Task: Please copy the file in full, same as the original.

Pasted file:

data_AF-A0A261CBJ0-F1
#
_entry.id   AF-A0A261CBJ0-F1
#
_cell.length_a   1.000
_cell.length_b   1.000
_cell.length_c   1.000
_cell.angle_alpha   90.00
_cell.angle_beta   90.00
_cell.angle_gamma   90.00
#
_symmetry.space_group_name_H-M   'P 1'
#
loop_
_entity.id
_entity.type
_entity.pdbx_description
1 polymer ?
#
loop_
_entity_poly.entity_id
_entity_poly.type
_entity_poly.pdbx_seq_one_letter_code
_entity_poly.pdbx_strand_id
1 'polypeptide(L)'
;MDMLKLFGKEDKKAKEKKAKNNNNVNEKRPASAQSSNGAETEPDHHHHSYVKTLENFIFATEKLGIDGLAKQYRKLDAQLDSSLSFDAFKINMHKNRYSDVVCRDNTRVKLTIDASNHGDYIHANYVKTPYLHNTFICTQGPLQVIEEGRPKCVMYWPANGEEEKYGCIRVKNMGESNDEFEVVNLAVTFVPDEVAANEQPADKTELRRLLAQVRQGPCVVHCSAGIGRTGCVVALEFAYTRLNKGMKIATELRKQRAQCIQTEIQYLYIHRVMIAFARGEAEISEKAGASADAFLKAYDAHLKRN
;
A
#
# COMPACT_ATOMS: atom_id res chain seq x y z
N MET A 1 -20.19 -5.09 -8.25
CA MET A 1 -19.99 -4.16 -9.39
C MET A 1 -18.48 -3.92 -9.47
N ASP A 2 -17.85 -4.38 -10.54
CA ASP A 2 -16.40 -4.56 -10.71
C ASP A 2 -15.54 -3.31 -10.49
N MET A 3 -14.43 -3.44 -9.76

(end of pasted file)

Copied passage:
data_AF-A0A261CBJ0-F1
#
_entry.id   AF-A0A261CBJ0-F1
#
_cell.length_a   1.000
_cell.length_b   1.000
_cell.length_c   1.000
_cell.angle_alpha   90.00
_cell.angle_beta   90.00
_cell.angle_gamma   90.00
#
_symmetry.space_group_name_H-M   'P 1'
#
loop_
_entity.id
_entity.type
_entity.pdbx_description
1 polymer ?
#
loop_
_entity_poly.entity_id
_entity_poly.type
_entity_poly.pdbx_seq_one_letter_code
_entity_poly.pdbx_strand_id
1 'polypeptide(L)'
;MDMLKLFGKEDKKAKEKKAKNNNNVNEKRPASAQSSNGAETEPDHHHHSYVKTLENFIFATEKLGIDGLAKQYRKLDAQLDSSLSFDAFKINMHKNRYSDVVCRDNTRVKLTIDASNHGDYIHANYVKTPYLHNTFICTQGPLQVIEEGRPKCVMYWPANGEEEKYGCIRVKNMGESNDEFEVVNLAVTFVPDEVAANEQPADKTELRRLLAQVRQGPCVVHCSAGIGRTGCVVALEFAYTRLNKGMKIATELRKQRAQCIQTEIQYLYIHRVMIAFARGEAEISEKAGASADAFLKAYDAHLKRN
;
A
#
# COMPACT_ATOMS: atom_id res chain seq x y z
N MET A 1 -20.19 -5.09 -8.25
CA MET A 1 -19.99 -4.16 -9.39
C MET A 1 -18.48 -3.92 -9.47
N ASP A 2 -17.85 -4.38 -10.54
CA ASP A 2 -16.40 -4.56 -10.71
C ASP A 2 -15.54 -3.31 -10.49
N MET A 3 -14.43 -3.44 -9.76